The Spectra Point and Ramparts Overlook Trail
is the best of the small number of hikes in Cedar Breaks National Monument
, and the most popular, since it starts right beside the visitor center, along Hwy 148 near the southern park entrance. The path follows the edge of the plateau, above the most spectacular of the red rock formations, then descends gently through light woodland to a white earth promontory, Spectra Point
(after 0.8 miles), which overlooks the deep ravines of Jericho Canyon and Ashdown Creek. The next section, somewhat less used, drops down more steeply through denser, moister woodland and ends at Ramparts Overlook
, a similar promontory high above two other drainages, Crescent Hollow and Slip Canyon. Both overlooks are largely unvegetated apart from a few ancient bristlecone pines.
The maintained path ends here, after 1.8 miles, but an official continuation, only occasionally used, leads further west along the rim, veering away to avoid a ravine then climbing to a final, more extensive viewpoint on The Bartisan
, a larger promontory, the south side of which contains several angular arches. One other point of interest nearby is a small stream, Shooting Star Creek
, which at its lower end flows through a few pools and cascades then tumbles over the cliffs forming a stepped, 40 foot waterfall.
All of the hike encounters a great variety of wildflowers, including a number of rare or endemic species, some on the exposed rocky soils along the plateau edge, others close to the creek. Overall, the on-trail section of the hike is varied, relatively easy, and offers a good mix of small-scale scenery alongside the path, and spectacular views of the formations below.
Path to Spectra Point
Parking for the hike is at the south end of the main lot at the visitor center, and the hike starts with a wildflower-lined flight of steps, up a short slope to the plateau edge, here facing west. The trail then heads south, right beside the plateau edge across a band of stony, white earth - part of the White Member of the Claron Formation
- on which are found numerous, mostly small wildflowers including unusual species such as Cathedral Bluff dwarf gentian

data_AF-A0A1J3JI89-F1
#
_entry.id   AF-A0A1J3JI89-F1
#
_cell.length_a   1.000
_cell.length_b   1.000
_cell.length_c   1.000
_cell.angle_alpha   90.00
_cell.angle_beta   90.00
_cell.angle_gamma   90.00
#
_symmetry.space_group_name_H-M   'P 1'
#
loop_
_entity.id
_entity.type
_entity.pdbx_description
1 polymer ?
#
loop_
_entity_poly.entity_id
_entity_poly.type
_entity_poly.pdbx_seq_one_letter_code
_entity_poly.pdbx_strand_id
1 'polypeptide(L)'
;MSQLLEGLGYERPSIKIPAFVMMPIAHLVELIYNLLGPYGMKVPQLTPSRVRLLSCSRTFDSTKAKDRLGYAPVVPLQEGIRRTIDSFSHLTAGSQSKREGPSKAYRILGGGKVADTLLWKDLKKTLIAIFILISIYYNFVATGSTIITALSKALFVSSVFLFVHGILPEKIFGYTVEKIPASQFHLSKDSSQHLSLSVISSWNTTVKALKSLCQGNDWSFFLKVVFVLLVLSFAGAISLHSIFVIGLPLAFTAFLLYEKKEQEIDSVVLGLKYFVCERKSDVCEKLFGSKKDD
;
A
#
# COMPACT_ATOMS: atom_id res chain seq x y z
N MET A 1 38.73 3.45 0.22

, Cedar Breaks gilia
, dwarf townsend daisy
, Panguitch buckwheat
and plateau catchfly
. On the other side of the trail the ground is moister and more vegetated, with larger flowers like lupine, bluebell, Colorado columbine
and monument plant
. A short spur leads to a historic cabin, while the main route climbs slightly to a highpoint of 10,487 feet, beside a pair of water towers. Soon after, the path swings round to the north above the upper end of Jericho Canyon
, and begins a gentle descent, briefly through a patch of trees then back to white earth once more and on to the overlook at Spectra Point, which has 300 degree views over the multi-hued formations below. The stony ground is completely bare except for a few scattered flowers, and the bristlecone pines.
The majority of people turn back at Spectra Point, perhaps because the next section of the path is a little steeper; it re-enters wooded terrain, zig-zagging down a slope covered with scattered spruce trees, and soon comes close to Shooting Star Creek, named after the showy flowers (alpine shooting star
) that grow alongside in a few places, together with much other vegetation, in contrast to the otherwise dry woodland. Two overlooks have views back towards Spectra Point, already quite high above. The trail moves further away from the rim then returns to another viewpoint which overlooks a different section of the formations, along Step Canyon
, and is now crossing reddish earth, from the underlying Red Member of the Claron Formation. The path comes close the stream a second time before heading away to the final viewpoint, Ramparts Overlook, on a divide between Slip Canyon and the next ravine west, the upper end of Crescent Hollow
A sign marks the end of the official path though a narrower route resumes, staying close to the rim for a while before moving away to avoid a small valley, and continues through gradually thinning woodland to the much larger promontory of The Bartizan, the westernmost part of this section of the plateau - beyond, the rim bends abruptly to the south. The faint trail crosses a stony slope and rises to a flat area at the western tip of the point, on which are several more bristlecone pines. The views are now quite different to before, over mostly wooded slopes and ravines, trending down westwards towards Cedar City. On the south side of The Bartizan is a narrow, protruding cliff that has eroded to form at least three arches, not easily reachable due to unstable slopes though viewable from several directions, both above and below. At least one looks very fragile and seems unlikely to survive much longer.
Shooting Star Creek
The top of The Bartizan also has views of a small waterfall a short distance south, where Shooting Star Creek flows over the plateau edge, a point reachable by walking back along the path a way, into woodland, and down a slope. The cliffs at this point, although relatively short, are sheer, preventing any climb-down route, and the waterfall itself is also not properly visible from this location. The lower end of the creek has a different section of wildflowers to the upper reaches, with at least five uncommon species - alpine bistort
, elephant heads
, green bog orchid
, green-flowered wintergreen
and pink wintergreen
. The stream forms little pools and is crossed by quite a few fallen tree trunks; it becomes bushier and overgrown a short distance uphill.